Use this link to see the latest updates from the national negotiations.
Update: 3rd May 2023 – agreement is reached
UK institutions were consulted in April 2023 on the fifth proposal submitted by Springer Nature for a new Read and Publish agreement. A total of 110 institutions responded to the consultation survey, all of whom accepted the proposal. This means that our previous Springer Compact deal has been expanded to include Palgrave and Nature titles.
The agreement permits unlimited open access publishing in Springer Compact and Palgrave hybrid titles for University of Liverpool Corresponding Authors, with a sector article cap on open access publishing with Nature research titles.
Whilst the expanded OA publishing the deal enables is welcome, 43 institutions accepted ‘with serious reservations’ as concerns remain around the high cost of publishing OA outside the agreement and the continued lack of transparency around how these fees are calculated. There is also dissatisfaction with Springer Nature’s resistance to rights retention and OA publishing via the deposit route.
The sector will now move to implement the agreement, subject to successful contract discussions. Given the complexity of the proposed agreement, the agreement will not go live before June 2023.
The negotiations have prompted valuable discussion on the future of scholarly communications as we transition to Open Research, particularly on the sector’s relationship with commercial publishers such as Springer Nature. This will feed into the critical review of read and publish agreements undertaken by Jisc. Our university working alongside the sector will now work to agree the requirements for future negotiations and open science more generally.
Why these negotiations are important
Springer Nature is one of the largest academic publishers in the world and accounts for an increasing proportion of library subscription and publishing expenditure. Total expenditure with Springer Nature by UK universities now exceeds £30 million . Uncontrolled spend with Springer Nature has seen SN recently overtake Wiley to become the second largest recipient of subscription and APC expenditure.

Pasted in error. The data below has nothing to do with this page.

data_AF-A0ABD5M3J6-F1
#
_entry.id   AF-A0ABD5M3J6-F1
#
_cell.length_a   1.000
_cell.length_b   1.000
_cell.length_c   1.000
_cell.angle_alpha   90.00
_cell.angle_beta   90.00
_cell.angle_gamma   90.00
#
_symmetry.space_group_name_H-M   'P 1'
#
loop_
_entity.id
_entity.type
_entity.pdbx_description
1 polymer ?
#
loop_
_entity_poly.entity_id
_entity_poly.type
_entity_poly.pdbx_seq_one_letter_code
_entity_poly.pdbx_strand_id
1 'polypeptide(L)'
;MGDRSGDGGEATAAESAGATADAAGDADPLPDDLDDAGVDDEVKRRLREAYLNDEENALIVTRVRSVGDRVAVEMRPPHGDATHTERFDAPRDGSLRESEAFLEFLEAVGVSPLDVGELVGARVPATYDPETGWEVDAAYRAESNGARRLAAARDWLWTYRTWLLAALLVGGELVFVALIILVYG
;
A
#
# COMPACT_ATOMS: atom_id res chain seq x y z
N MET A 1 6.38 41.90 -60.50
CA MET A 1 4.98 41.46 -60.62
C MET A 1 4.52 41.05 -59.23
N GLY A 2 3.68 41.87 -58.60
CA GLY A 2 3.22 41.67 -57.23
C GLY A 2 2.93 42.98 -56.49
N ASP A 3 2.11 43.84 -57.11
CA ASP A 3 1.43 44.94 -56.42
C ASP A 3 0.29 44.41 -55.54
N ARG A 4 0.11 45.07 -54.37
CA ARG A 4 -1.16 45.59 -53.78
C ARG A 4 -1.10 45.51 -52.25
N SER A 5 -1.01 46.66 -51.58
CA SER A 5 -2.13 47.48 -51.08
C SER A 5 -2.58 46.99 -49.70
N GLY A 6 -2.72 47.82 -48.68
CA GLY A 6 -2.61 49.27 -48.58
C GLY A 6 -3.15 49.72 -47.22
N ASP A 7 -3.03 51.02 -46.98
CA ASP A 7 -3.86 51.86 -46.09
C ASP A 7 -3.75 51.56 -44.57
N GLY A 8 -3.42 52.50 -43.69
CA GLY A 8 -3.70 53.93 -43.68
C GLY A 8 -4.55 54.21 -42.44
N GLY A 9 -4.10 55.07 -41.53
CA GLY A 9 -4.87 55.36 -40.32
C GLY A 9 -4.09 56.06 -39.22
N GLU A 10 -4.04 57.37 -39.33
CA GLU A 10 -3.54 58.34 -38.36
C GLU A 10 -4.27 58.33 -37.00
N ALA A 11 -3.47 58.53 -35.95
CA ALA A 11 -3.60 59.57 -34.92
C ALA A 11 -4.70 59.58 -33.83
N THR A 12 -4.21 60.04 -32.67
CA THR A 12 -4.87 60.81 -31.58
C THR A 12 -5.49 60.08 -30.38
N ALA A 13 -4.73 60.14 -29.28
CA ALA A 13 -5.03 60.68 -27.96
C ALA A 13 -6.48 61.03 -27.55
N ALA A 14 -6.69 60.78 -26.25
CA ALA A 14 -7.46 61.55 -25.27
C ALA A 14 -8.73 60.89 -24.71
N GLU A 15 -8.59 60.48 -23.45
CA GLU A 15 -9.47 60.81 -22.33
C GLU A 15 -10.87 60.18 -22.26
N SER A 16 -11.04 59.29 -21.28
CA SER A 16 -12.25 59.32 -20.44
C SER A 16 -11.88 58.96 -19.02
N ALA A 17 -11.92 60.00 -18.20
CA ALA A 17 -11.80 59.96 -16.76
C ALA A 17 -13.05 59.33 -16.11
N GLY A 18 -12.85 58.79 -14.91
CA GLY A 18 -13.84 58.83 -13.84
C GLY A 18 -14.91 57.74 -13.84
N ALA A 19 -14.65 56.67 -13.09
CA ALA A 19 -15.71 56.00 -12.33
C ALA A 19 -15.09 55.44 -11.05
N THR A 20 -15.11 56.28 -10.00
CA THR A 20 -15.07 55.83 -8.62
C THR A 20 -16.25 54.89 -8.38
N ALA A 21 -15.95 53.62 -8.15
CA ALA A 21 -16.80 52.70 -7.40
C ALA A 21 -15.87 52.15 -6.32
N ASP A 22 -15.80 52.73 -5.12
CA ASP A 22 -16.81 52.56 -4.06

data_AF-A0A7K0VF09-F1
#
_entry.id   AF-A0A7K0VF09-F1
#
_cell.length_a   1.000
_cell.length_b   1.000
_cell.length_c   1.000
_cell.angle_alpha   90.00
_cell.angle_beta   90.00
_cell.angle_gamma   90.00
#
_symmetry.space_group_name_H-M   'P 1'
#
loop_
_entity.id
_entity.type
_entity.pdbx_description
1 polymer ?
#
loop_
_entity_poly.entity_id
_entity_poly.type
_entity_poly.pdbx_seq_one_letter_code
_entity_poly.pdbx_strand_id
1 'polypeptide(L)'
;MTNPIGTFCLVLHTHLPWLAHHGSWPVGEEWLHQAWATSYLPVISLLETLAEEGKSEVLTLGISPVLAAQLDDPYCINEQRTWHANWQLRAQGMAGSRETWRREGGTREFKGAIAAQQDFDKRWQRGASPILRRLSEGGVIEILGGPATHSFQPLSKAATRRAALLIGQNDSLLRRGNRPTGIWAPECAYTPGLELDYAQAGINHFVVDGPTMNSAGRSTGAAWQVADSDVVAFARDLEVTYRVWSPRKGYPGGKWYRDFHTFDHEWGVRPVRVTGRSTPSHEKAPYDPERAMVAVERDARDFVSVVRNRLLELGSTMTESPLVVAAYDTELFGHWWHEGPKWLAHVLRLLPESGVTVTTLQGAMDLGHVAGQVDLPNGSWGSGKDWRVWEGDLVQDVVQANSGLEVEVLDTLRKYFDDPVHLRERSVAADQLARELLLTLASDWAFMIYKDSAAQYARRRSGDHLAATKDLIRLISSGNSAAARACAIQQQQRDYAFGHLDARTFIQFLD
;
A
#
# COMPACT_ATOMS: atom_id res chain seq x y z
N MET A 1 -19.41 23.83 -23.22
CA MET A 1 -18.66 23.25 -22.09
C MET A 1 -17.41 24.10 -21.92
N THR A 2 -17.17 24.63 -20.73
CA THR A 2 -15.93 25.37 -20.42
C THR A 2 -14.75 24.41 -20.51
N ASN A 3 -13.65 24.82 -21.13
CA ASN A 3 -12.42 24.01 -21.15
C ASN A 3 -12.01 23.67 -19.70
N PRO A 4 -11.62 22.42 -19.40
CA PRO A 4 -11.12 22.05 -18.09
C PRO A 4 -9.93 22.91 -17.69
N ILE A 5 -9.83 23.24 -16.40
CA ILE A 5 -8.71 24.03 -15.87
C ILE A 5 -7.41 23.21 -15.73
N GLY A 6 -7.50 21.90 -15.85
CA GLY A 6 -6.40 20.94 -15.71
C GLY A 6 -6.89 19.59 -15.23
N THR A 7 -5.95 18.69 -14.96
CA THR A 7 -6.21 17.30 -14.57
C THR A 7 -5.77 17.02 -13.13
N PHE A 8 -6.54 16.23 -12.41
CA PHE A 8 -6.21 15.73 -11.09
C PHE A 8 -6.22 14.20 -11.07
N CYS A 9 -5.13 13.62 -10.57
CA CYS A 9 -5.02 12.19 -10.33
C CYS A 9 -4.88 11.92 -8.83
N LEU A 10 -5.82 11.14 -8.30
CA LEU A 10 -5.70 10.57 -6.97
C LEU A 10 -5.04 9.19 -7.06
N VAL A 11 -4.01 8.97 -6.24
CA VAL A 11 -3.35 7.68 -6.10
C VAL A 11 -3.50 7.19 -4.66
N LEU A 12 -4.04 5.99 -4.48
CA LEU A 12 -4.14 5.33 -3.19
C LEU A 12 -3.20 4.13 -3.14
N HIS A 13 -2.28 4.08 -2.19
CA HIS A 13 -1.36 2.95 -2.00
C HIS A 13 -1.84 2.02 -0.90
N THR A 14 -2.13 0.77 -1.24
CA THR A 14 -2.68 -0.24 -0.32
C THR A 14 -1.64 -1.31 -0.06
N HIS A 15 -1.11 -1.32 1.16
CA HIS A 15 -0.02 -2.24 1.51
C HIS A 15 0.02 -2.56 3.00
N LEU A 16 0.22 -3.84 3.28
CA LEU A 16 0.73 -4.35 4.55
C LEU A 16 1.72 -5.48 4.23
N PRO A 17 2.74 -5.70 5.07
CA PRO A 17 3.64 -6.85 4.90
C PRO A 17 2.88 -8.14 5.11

The current national deal with Springer Nature comes to an end 31 December 2022. Negotiations by the academic sector are now underway with the aim of reaching an acceptable agreement that encompasses all the Springer Nature portfolio - Springer Compact, Nature journals, Palgrave journals, and their fully open access journals - to reduce and constrain total spend. The agreement should allow UK authors to publish open access in Springer Nature titles for no additional cost to themselves or their departments, as well as provide access to all research within the portfolio. An agreement such as this is known as a transitional Read and Publish agreement.
Why we seek a transitional deal
Transitional agreements are important for several reasons:
- Many research funders, such as UKRI and the Wellcome Trust, will only allow their open access funding to be used to publish in journals that are part of a transitional agreement, and so achieving an agreement is important for ensuring we do not breach our agreements with our funders.
- They aim to transition academic publishing from a model where institutions and individuals must pay to access research to one where access is free and unrestricted, and instead any payment made is for publishing services.
- They support the global shift to open access which is an important part of publishers’ broader support for Open Science including research integrity, reproducibility and culture.
Article Processing Charges in Nature-brand journals
It is very important to note that UKRI- and Wellcome-funded researchers do not have to pay for open access in Nature-brand journals in order to meet their funder requirements. Springer Nature have confirmed that at least until the end of 2022, articles reporting on UKRI-funded work that are accepted for publications can be made open access immediately, with a CC-BY licence, by depositing their Author Accepted Manuscript into the Repository via Liverpool Elements.